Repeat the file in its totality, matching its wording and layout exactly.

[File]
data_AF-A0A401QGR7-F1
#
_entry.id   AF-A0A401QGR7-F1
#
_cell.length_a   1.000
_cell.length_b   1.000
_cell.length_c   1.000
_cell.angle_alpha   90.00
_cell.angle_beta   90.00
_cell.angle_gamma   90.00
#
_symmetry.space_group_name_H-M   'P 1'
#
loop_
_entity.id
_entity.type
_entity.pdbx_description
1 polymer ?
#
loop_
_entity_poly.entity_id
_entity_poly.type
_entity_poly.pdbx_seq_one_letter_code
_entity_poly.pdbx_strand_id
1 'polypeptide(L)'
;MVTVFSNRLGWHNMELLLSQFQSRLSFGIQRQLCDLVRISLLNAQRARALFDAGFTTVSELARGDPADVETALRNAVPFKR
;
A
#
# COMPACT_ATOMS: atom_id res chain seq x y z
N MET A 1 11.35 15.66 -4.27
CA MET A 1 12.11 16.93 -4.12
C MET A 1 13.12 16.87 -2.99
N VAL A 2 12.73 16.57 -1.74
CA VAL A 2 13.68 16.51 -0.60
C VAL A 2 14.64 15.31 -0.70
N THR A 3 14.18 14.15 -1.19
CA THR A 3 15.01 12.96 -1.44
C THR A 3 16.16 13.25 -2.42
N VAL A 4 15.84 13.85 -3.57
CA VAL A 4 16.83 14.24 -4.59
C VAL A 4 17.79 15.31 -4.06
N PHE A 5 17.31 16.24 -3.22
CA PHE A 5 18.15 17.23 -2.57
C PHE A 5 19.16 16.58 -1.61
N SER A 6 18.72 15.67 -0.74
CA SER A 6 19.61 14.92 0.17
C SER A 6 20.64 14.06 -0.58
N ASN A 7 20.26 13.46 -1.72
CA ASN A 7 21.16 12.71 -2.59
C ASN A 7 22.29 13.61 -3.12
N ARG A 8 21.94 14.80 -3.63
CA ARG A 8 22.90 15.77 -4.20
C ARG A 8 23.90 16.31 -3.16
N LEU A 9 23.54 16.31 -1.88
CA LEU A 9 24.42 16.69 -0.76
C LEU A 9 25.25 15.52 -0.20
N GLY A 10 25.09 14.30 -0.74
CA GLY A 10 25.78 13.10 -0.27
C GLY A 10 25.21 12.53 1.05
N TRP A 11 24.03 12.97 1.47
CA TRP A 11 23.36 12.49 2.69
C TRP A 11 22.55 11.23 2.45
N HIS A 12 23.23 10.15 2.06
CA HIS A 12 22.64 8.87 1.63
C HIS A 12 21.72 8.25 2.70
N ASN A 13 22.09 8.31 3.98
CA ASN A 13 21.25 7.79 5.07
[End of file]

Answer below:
data_AF-A0A401QGR7-F1
#
_entry.id   AF-A0A401QGR7-F1
#
_cell.length_a   1.000
_cell.length_b   1.000
_cell.length_c   1.000
_cell.angle_alpha   90.00
_cell.angle_beta   90.00
_cell.angle_gamma   90.00
#
_symmetry.space_group_name_H-M   'P 1'
#
loop_
_entity.id
_entity.type
_entity.pdbx_description
1 polymer ?
#
loop_
_entity_poly.entity_id
_entity_poly.type
_entity_poly.pdbx_seq_one_letter_code
_entity_poly.pdbx_strand_id
1 'polypeptide(L)'
;MVTVFSNRLGWHNMELLLSQFQSRLSFGIQRQLCDLVRISLLNAQRARALFDAGFTTVSELARGDPADVETALRNAVPFKR
;
A
#
# COMPACT_ATOMS: atom_id res chain seq x y z
N MET A 1 11.35 15.66 -4.27
CA MET A 1 12.11 16.93 -4.12
C MET A 1 13.12 16.87 -2.99
N VAL A 2 12.73 16.57 -1.74
CA VAL A 2 13.68 16.51 -0.60
C VAL A 2 14.64 15.31 -0.70
N THR A 3 14.18 14.15 -1.19
CA THR A 3 15.01 12.96 -1.44
C THR A 3 16.16 13.25 -2.42
N VAL A 4 15.84 13.85 -3.57
CA VAL A 4 16.83 14.24 -4.59
C VAL A 4 17.79 15.31 -4.06
N PHE A 5 17.31 16.24 -3.22
CA PHE A 5 18.15 17.23 -2.57
C PHE A 5 19.16 16.58 -1.61
N SER A 6 18.72 15.67 -0.74
CA SER A 6 19.61 14.92 0.17
C SER A 6 20.64 14.06 -0.58
N ASN A 7 20.26 13.46 -1.72
CA ASN A 7 21.16 12.71 -2.59
C ASN A 7 22.29 13.61 -3.12
N ARG A 8 21.94 14.80 -3.63
CA ARG A 8 22.90 15.77 -4.20
C ARG A 8 23.90 16.31 -3.16
N LEU A 9 23.54 16.31 -1.88
CA LEU A 9 24.42 16.69 -0.76
C LEU A 9 25.25 15.52 -0.20
N GLY A 10 25.09 14.30 -0.74
CA GLY A 10 25.78 13.10 -0.27
C GLY A 10 25.21 12.53 1.05
N TRP A 11 24.03 12.97 1.47
CA TRP A 11 23.36 12.49 2.69
C TRP A 11 22.55 11.23 2.45
N HIS A 12 23.23 10.15 2.06
CA HIS A 12 22.64 8.87 1.63
C HIS A 12 21.72 8.25 2.70
N ASN A 13 22.09 8.31 3.98
CA ASN A 13 21.25 7.79 5.07